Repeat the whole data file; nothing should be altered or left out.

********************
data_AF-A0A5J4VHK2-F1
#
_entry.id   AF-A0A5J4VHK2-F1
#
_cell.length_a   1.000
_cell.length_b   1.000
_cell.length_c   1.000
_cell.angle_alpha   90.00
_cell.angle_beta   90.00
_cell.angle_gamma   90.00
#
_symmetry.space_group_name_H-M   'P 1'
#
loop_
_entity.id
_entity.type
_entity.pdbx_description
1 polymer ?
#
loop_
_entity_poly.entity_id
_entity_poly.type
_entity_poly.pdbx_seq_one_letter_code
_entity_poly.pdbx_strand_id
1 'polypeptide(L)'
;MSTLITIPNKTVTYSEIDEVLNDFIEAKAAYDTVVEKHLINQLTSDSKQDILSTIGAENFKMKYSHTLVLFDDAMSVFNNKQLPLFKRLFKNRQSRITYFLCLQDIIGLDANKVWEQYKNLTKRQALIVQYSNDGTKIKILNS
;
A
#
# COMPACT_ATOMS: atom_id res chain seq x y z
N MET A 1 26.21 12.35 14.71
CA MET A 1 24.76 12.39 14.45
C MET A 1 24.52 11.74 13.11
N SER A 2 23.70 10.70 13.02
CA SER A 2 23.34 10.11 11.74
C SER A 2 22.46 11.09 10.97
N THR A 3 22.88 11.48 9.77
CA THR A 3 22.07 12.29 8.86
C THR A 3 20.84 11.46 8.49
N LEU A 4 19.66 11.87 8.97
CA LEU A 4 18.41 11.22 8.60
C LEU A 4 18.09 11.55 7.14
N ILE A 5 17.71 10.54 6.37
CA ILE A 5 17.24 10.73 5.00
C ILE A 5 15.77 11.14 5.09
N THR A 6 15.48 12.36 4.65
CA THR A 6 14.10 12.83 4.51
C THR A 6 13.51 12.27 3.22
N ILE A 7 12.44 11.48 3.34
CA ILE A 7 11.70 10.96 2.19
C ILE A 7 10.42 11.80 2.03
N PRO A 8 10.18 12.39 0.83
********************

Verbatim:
data_AF-A0A5J4VHK2-F1
#
_entry.id   AF-A0A5J4VHK2-F1
#
_cell.length_a   1.000
_cell.length_b   1.000
_cell.length_c   1.000
_cell.angle_alpha   90.00
_cell.angle_beta   90.00
_cell.angle_gamma   90.00
#
_symmetry.space_group_name_H-M   'P 1'
#
loop_
_entity.id
_entity.type
_entity.pdbx_description
1 polymer ?
#
loop_
_entity_poly.entity_id
_entity_poly.type
_entity_poly.pdbx_seq_one_letter_code
_entity_poly.pdbx_strand_id
1 'polypeptide(L)'
;MSTLITIPNKTVTYSEIDEVLNDFIEAKAAYDTVVEKHLINQLTSDSKQDILSTIGAENFKMKYSHTLVLFDDAMSVFNNKQLPLFKRLFKNRQSRITYFLCLQDIIGLDANKVWEQYKNLTKRQALIVQYSNDGTKIKILNS
;
A
#
# COMPACT_ATOMS: atom_id res chain seq x y z
N MET A 1 26.21 12.35 14.71
CA MET A 1 24.76 12.39 14.45
C MET A 1 24.52 11.74 13.11
N SER A 2 23.70 10.70 13.02
CA SER A 2 23.34 10.11 11.74
C SER A 2 22.46 11.09 10.97
N THR A 3 22.88 11.48 9.77
CA THR A 3 22.07 12.29 8.86
C THR A 3 20.84 11.46 8.49
N LEU A 4 19.66 11.87 8.97
CA LEU A 4 18.41 11.22 8.60
C LEU A 4 18.09 11.55 7.14
N ILE A 5 17.71 10.54 6.37
CA ILE A 5 17.24 10.73 5.00
C ILE A 5 15.77 11.14 5.09
N THR A 6 15.48 12.36 4.65
CA THR A 6 14.10 12.83 4.51
C THR A 6 13.51 12.27 3.22
N ILE A 7 12.44 11.48 3.34
CA ILE A 7 11.70 10.96 2.19
C ILE A 7 10.42 11.80 2.03
N PRO A 8 10.18 12.39 0.83